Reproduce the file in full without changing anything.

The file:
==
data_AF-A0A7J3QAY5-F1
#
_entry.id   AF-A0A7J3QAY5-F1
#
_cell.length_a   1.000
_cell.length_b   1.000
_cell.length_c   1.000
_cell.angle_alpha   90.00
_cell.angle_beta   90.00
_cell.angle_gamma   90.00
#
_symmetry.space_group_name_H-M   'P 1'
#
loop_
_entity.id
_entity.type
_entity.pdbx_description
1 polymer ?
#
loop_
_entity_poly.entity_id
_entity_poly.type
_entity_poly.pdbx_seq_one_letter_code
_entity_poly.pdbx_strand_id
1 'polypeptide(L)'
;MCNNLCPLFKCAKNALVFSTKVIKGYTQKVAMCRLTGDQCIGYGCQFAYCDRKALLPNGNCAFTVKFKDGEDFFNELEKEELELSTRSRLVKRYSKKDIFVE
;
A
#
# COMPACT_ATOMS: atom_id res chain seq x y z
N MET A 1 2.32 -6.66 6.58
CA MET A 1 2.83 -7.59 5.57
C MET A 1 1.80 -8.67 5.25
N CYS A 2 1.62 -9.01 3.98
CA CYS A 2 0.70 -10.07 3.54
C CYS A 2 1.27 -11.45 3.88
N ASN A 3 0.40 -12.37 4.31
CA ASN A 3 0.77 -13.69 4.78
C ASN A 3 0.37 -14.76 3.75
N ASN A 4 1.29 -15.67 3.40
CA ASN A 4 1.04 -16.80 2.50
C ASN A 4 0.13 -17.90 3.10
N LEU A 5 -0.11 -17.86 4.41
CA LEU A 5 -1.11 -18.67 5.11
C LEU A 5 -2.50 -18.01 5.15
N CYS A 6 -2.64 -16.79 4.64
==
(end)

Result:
data_AF-A0A7J3QAY5-F1
#
_entry.id   AF-A0A7J3QAY5-F1
#
_cell.length_a   1.000
_cell.length_b   1.000
_cell.length_c   1.000
_cell.angle_alpha   90.00
_cell.angle_beta   90.00
_cell.angle_gamma   90.00
#
_symmetry.space_group_name_H-M   'P 1'
#
loop_
_entity.id
_entity.type
_entity.pdbx_description
1 polymer ?
#
loop_
_entity_poly.entity_id
_entity_poly.type
_entity_poly.pdbx_seq_one_letter_code
_entity_poly.pdbx_strand_id
1 'polypeptide(L)'
;MCNNLCPLFKCAKNALVFSTKVIKGYTQKVAMCRLTGDQCIGYGCQFAYCDRKALLPNGNCAFTVKFKDGEDFFNELEKEELELSTRSRLVKRYSKKDIFVE
;
A
#
# COMPACT_ATOMS: atom_id res chain seq x y z
N MET A 1 2.32 -6.66 6.58
CA MET A 1 2.83 -7.59 5.57
C MET A 1 1.80 -8.67 5.25
N CYS A 2 1.62 -9.01 3.98
CA CYS A 2 0.70 -10.07 3.54
C CYS A 2 1.27 -11.45 3.88
N ASN A 3 0.40 -12.37 4.31
CA ASN A 3 0.77 -13.69 4.78
C ASN A 3 0.37 -14.76 3.75
N ASN A 4 1.29 -15.67 3.40
CA ASN A 4 1.04 -16.80 2.50
C ASN A 4 0.13 -17.90 3.10
N LEU A 5 -0.11 -17.86 4.41
CA LEU A 5 -1.11 -18.67 5.11
C LEU A 5 -2.50 -18.01 5.15
N CYS A 6 -2.64 -16.79 4.64